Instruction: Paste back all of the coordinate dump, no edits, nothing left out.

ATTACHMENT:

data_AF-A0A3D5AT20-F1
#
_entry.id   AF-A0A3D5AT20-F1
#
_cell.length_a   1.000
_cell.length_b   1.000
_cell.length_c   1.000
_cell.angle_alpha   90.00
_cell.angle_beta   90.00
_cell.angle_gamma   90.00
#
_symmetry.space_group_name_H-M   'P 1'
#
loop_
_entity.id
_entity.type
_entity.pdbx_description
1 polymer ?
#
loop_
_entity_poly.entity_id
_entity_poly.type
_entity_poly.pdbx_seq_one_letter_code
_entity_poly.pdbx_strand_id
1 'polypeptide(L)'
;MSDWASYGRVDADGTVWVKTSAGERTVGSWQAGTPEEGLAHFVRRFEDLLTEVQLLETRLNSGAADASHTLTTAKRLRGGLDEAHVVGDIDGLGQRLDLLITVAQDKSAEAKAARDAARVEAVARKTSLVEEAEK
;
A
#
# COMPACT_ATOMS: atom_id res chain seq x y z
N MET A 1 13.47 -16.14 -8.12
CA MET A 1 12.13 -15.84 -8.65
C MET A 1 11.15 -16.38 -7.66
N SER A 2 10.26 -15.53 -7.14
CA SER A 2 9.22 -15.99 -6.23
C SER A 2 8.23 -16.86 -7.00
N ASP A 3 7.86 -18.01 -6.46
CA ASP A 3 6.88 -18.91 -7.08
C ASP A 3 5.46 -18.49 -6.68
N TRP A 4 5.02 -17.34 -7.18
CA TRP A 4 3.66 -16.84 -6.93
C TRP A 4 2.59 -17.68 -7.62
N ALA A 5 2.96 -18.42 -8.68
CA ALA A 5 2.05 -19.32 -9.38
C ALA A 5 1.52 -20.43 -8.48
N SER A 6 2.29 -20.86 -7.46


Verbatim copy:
data_AF-A0A3D5AT20-F1
#
_entry.id   AF-A0A3D5AT20-F1
#
_cell.length_a   1.000
_cell.length_b   1.000
_cell.length_c   1.000
_cell.angle_alpha   90.00
_cell.angle_beta   90.00
_cell.angle_gamma   90.00
#
_symmetry.space_group_name_H-M   'P 1'
#
loop_
_entity.id
_entity.type
_entity.pdbx_description
1 polymer ?
#
loop_
_entity_poly.entity_id
_entity_poly.type
_entity_poly.pdbx_seq_one_letter_code
_entity_poly.pdbx_strand_id
1 'polypeptide(L)'
;MSDWASYGRVDADGTVWVKTSAGERTVGSWQAGTPEEGLAHFVRRFEDLLTEVQLLETRLNSGAADASHTLTTAKRLRGGLDEAHVVGDIDGLGQRLDLLITVAQDKSAEAKAARDAARVEAVARKTSLVEEAEK
;
A
#
# COMPACT_ATOMS: atom_id res chain seq x y z
N MET A 1 13.47 -16.14 -8.12
CA MET A 1 12.13 -15.84 -8.65
C MET A 1 11.15 -16.38 -7.66
N SER A 2 10.26 -15.53 -7.14
CA SER A 2 9.22 -15.99 -6.23
C SER A 2 8.23 -16.86 -7.00
N ASP A 3 7.86 -18.01 -6.46
CA ASP A 3 6.88 -18.91 -7.08
C ASP A 3 5.46 -18.49 -6.68
N TRP A 4 5.02 -17.34 -7.18
CA TRP A 4 3.66 -16.84 -6.93
C TRP A 4 2.59 -17.68 -7.62
N ALA A 5 2.96 -18.42 -8.68
CA ALA A 5 2.05 -19.32 -9.38
C ALA A 5 1.52 -20.43 -8.48
N SER A 6 2.29 -20.86 -7.46